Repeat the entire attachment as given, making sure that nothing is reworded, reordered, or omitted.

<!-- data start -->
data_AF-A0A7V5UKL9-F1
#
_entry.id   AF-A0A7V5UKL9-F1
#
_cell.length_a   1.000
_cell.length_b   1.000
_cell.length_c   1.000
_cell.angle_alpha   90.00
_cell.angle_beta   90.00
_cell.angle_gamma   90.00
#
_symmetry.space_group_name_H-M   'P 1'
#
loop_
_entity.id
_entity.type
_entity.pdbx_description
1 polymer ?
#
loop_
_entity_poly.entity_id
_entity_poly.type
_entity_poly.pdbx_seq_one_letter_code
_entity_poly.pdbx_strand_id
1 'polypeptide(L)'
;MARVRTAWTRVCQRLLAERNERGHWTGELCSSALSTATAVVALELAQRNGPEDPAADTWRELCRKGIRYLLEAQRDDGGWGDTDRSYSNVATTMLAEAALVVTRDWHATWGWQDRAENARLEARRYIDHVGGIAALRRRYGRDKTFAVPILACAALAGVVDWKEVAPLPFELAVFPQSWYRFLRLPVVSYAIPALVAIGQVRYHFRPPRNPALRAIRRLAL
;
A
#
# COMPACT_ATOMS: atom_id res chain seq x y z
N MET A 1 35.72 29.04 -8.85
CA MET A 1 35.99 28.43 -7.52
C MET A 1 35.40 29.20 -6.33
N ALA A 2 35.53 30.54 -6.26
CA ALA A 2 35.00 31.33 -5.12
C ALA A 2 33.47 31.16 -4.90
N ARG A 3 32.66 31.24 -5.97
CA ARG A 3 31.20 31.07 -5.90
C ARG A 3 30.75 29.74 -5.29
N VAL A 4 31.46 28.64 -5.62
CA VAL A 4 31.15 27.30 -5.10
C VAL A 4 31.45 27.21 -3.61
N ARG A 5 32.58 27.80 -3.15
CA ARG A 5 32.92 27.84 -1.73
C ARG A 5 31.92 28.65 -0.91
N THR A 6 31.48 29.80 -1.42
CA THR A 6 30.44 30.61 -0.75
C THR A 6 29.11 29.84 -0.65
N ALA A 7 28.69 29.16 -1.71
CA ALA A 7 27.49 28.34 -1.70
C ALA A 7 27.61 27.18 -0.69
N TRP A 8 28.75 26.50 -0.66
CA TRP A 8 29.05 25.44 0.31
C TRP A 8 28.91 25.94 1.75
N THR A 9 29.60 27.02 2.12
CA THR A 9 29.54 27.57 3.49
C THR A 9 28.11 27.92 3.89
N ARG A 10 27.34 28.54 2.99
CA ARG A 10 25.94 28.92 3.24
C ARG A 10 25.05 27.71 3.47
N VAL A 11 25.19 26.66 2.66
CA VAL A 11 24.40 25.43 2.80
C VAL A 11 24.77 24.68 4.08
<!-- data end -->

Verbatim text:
data_AF-A0A7V5UKL9-F1
#
_entry.id   AF-A0A7V5UKL9-F1
#
_cell.length_a   1.000
_cell.length_b   1.000
_cell.length_c   1.000
_cell.angle_alpha   90.00
_cell.angle_beta   90.00
_cell.angle_gamma   90.00
#
_symmetry.space_group_name_H-M   'P 1'
#
loop_
_entity.id
_entity.type
_entity.pdbx_description
1 polymer ?
#
loop_
_entity_poly.entity_id
_entity_poly.type
_entity_poly.pdbx_seq_one_letter_code
_entity_poly.pdbx_strand_id
1 'polypeptide(L)'
;MARVRTAWTRVCQRLLAERNERGHWTGELCSSALSTATAVVALELAQRNGPEDPAADTWRELCRKGIRYLLEAQRDDGGWGDTDRSYSNVATTMLAEAALVVTRDWHATWGWQDRAENARLEARRYIDHVGGIAALRRRYGRDKTFAVPILACAALAGVVDWKEVAPLPFELAVFPQSWYRFLRLPVVSYAIPALVAIGQVRYHFRPPRNPALRAIRRLAL
;
A
#
# COMPACT_ATOMS: atom_id res chain seq x y z
N MET A 1 35.72 29.04 -8.85
CA MET A 1 35.99 28.43 -7.52
C MET A 1 35.40 29.20 -6.33
N ALA A 2 35.53 30.54 -6.26
CA ALA A 2 35.00 31.33 -5.12
C ALA A 2 33.47 31.16 -4.90
N ARG A 3 32.66 31.24 -5.97
CA ARG A 3 31.20 31.07 -5.90
C ARG A 3 30.75 29.74 -5.29
N VAL A 4 31.46 28.64 -5.62
CA VAL A 4 31.15 27.30 -5.10
C VAL A 4 31.45 27.21 -3.61
N ARG A 5 32.58 27.80 -3.15
CA ARG A 5 32.92 27.84 -1.73
C ARG A 5 31.92 28.65 -0.91
N THR A 6 31.48 29.80 -1.42
CA THR A 6 30.44 30.61 -0.75
C THR A 6 29.11 29.84 -0.65
N ALA A 7 28.69 29.16 -1.71
CA ALA A 7 27.49 28.34 -1.70
C ALA A 7 27.61 27.18 -0.69
N TRP A 8 28.75 26.50 -0.66
CA TRP A 8 29.05 25.44 0.31
C TRP A 8 28.91 25.94 1.75
N THR A 9 29.60 27.02 2.12
CA THR A 9 29.54 27.57 3.49
C THR A 9 28.11 27.92 3.89
N ARG A 10 27.34 28.54 2.99
CA ARG A 10 25.94 28.92 3.24
C ARG A 10 25.05 27.71 3.47
N VAL A 11 25.19 26.66 2.66
CA VAL A 11 24.40 25.43 2.80
C VAL A 11 24.77 24.68 4.08